( dpa )- Voters in the large states of Ohio and Texas head to the polls Tuesday to weigh in on presidential nominations, with all eyes on the contest between Senators Hillary Clinton and Barack Obama as they battle it out for the Democratic Party nod.
Voters in the smaller states of Rhode Island and Vermont will also cast ballots, while Republican Senator John McCain is expected to tighten an already vise-like grip on his party's nomination.
Obama and Clinton have dominated front pages and top broadcast billing with their every step and stumble under a microscope in these late stages of their unprecedentedly close intra-party race.
Clinton's charges in a debate that she was subjected to more media scrutiny prompted one of the nation's favourite political satire shows, Saturday Night Live, to portray famous television journalists fawning over Obama.
Clinton, a former first lady and two-term US senator, has been hammering the issue of national security and Obama's lack of experience.
A television ad from Clinton's campaign shows sleeping children, then asks whom viewers would want to be in the White House when the phone rings at 3 am.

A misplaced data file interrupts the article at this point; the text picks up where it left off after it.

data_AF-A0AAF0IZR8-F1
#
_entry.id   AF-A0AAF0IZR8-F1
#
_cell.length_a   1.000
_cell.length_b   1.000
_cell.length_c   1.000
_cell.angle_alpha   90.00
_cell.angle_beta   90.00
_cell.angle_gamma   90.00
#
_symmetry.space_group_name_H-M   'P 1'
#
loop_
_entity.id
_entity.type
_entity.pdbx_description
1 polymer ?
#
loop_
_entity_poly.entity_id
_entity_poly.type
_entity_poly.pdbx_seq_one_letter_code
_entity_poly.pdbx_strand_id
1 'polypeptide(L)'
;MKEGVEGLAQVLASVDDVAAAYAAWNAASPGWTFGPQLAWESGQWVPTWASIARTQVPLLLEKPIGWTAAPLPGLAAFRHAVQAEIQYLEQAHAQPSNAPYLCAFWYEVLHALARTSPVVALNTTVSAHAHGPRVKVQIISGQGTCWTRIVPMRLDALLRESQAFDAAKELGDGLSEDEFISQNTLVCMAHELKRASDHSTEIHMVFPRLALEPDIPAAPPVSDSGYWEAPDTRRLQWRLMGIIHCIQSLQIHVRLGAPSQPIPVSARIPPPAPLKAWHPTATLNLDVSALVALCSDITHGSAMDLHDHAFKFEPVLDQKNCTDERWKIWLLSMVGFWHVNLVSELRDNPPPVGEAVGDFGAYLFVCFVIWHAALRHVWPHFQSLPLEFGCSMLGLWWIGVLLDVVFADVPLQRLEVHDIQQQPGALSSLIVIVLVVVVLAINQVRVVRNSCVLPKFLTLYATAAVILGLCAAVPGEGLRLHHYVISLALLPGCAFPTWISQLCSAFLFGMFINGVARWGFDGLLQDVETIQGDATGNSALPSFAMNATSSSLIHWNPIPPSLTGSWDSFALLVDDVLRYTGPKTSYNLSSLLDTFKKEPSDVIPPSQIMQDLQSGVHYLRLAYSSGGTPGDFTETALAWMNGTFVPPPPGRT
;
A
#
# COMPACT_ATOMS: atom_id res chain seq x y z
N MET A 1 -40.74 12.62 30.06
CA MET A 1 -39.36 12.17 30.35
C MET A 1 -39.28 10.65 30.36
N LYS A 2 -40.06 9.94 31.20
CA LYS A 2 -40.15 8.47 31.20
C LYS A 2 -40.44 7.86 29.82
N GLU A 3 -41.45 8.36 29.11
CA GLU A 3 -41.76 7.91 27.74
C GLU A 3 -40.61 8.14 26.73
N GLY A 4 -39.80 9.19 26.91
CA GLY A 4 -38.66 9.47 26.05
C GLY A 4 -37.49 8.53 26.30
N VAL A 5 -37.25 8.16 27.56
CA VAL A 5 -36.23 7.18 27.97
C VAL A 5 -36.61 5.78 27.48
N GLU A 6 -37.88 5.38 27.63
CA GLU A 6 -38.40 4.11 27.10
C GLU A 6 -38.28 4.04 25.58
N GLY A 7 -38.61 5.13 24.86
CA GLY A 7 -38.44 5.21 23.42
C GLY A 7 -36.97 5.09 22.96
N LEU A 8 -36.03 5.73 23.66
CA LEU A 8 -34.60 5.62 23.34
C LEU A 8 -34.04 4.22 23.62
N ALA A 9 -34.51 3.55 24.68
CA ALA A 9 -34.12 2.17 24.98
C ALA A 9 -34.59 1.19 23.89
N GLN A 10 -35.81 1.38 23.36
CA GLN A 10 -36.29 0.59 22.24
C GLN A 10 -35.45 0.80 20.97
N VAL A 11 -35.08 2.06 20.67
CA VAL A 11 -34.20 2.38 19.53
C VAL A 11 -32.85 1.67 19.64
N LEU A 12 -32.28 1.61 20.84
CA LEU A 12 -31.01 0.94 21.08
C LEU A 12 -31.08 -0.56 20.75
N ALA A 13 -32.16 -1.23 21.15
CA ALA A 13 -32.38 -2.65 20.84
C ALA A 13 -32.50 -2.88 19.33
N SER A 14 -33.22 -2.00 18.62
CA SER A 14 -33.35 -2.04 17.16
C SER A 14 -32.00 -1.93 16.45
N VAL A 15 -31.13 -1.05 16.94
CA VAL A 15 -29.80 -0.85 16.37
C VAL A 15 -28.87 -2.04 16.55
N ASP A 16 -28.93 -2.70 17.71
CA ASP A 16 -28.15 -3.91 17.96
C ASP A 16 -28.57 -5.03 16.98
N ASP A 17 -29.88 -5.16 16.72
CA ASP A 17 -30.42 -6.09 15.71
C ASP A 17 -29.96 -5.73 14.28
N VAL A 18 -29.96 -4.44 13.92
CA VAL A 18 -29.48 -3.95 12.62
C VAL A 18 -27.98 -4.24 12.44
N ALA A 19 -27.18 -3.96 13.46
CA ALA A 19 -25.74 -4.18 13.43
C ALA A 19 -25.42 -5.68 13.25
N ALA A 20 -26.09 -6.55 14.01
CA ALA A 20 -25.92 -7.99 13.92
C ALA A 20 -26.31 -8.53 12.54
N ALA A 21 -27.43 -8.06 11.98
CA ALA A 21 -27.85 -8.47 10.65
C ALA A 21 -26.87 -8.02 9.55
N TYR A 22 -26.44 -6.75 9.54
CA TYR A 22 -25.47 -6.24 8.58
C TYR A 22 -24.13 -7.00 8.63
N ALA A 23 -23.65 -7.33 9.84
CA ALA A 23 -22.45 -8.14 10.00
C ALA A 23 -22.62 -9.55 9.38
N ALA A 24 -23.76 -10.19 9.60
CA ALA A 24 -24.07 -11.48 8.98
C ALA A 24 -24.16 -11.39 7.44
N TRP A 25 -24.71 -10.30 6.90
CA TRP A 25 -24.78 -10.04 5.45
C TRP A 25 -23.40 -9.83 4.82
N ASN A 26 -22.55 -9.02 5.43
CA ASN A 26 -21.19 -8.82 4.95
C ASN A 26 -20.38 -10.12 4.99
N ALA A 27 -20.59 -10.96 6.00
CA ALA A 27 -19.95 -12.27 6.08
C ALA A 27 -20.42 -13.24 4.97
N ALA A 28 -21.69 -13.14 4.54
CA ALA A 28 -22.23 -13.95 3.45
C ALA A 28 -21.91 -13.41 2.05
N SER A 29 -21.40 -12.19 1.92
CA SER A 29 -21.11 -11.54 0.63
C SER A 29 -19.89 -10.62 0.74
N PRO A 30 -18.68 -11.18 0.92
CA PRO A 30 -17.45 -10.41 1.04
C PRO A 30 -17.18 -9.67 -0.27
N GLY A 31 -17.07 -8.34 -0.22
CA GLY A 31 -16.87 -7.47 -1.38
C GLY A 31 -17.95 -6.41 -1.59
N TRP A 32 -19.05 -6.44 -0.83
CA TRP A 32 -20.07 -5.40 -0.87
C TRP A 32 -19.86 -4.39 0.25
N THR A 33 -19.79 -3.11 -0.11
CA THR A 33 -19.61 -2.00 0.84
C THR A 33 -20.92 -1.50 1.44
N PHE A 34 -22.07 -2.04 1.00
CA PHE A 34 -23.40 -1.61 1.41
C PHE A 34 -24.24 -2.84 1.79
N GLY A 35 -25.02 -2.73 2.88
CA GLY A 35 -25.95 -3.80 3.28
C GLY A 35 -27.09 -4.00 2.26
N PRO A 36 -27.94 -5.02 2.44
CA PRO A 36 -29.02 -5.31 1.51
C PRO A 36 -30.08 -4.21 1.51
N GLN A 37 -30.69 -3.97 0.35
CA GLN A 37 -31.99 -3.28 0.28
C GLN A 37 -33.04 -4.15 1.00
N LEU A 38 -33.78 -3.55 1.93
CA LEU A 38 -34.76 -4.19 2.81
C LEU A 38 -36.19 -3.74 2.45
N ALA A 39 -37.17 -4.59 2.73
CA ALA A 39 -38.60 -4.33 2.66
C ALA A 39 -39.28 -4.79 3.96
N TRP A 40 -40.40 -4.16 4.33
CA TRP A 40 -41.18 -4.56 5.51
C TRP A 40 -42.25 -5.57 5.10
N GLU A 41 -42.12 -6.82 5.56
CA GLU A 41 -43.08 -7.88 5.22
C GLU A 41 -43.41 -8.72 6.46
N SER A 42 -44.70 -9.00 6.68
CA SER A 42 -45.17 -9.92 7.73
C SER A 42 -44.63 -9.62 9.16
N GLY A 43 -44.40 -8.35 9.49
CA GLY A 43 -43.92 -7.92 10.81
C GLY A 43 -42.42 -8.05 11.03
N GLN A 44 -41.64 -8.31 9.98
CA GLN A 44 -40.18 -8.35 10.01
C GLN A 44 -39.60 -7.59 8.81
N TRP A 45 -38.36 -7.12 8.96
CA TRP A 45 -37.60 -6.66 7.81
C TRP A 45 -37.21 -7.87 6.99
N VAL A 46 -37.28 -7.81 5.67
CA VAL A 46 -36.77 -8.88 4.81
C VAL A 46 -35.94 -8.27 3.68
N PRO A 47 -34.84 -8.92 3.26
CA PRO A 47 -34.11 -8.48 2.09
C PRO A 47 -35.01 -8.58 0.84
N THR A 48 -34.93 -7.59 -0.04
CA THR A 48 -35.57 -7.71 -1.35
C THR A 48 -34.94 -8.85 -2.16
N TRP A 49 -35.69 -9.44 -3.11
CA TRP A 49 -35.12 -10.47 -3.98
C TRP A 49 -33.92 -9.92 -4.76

Within hours, Obama had a similar ad on the air, showing uncannily similar sleeping children, asking a similar question, and answering that the people want someone who would not have voted to give US President George W Bush authority to invade Iraq.
Obama's criticism of Clinton has centred on her 2002 vote to authorize the Iraq war, coupled with his argument that she's too much of a political insider in a country that wants change.
In turn, Obama has been criticized by Clinton - and even from the White House - for his declared willingness to meet with leaders of hostile nations.
"This is going to be a campaign about national security," Clinton said at a recent campaign stop, her voice hoarse. "If Senator Obama doesn't want to debate me about national security, how is he going to debate (McCain) about national security?"
Obama has been outdistancing Clinton in raising campaign money and has increasingly outspent her. He has spent about 15.3 million dollars on TV advertising since early February in Texas and Ohio, compared to Clinton's 8 million dollars in ads for Tuesday's major states, The New York Times reported.
If Clinton fails to win both Ohio and Texas, pundits believe Obama will seal the Democratic nomination on Tuesday.
Obama has won the last 10 state contests, giving him a significant lead in the battle for delegates to the centre-left Democratic Party's nominating convention in August. Even former president Bill Clinton has said that his wife must win both Ohio and Texas for her campaign to remain viable.
Obama and Clinton have crisscrossed both Texas and Ohio over the last two weeks as they traded accusations over trade, health care policy and who can bring change to Washington, and recent polls have shown that Tuesday's result is anyone's guess. Obama holds a slight edge over Clinton in Texas while Clinton has a small lead in Ohio.
The smaller, north-eastern states of Vermont and Rhode Island are also set to vote on Tuesday.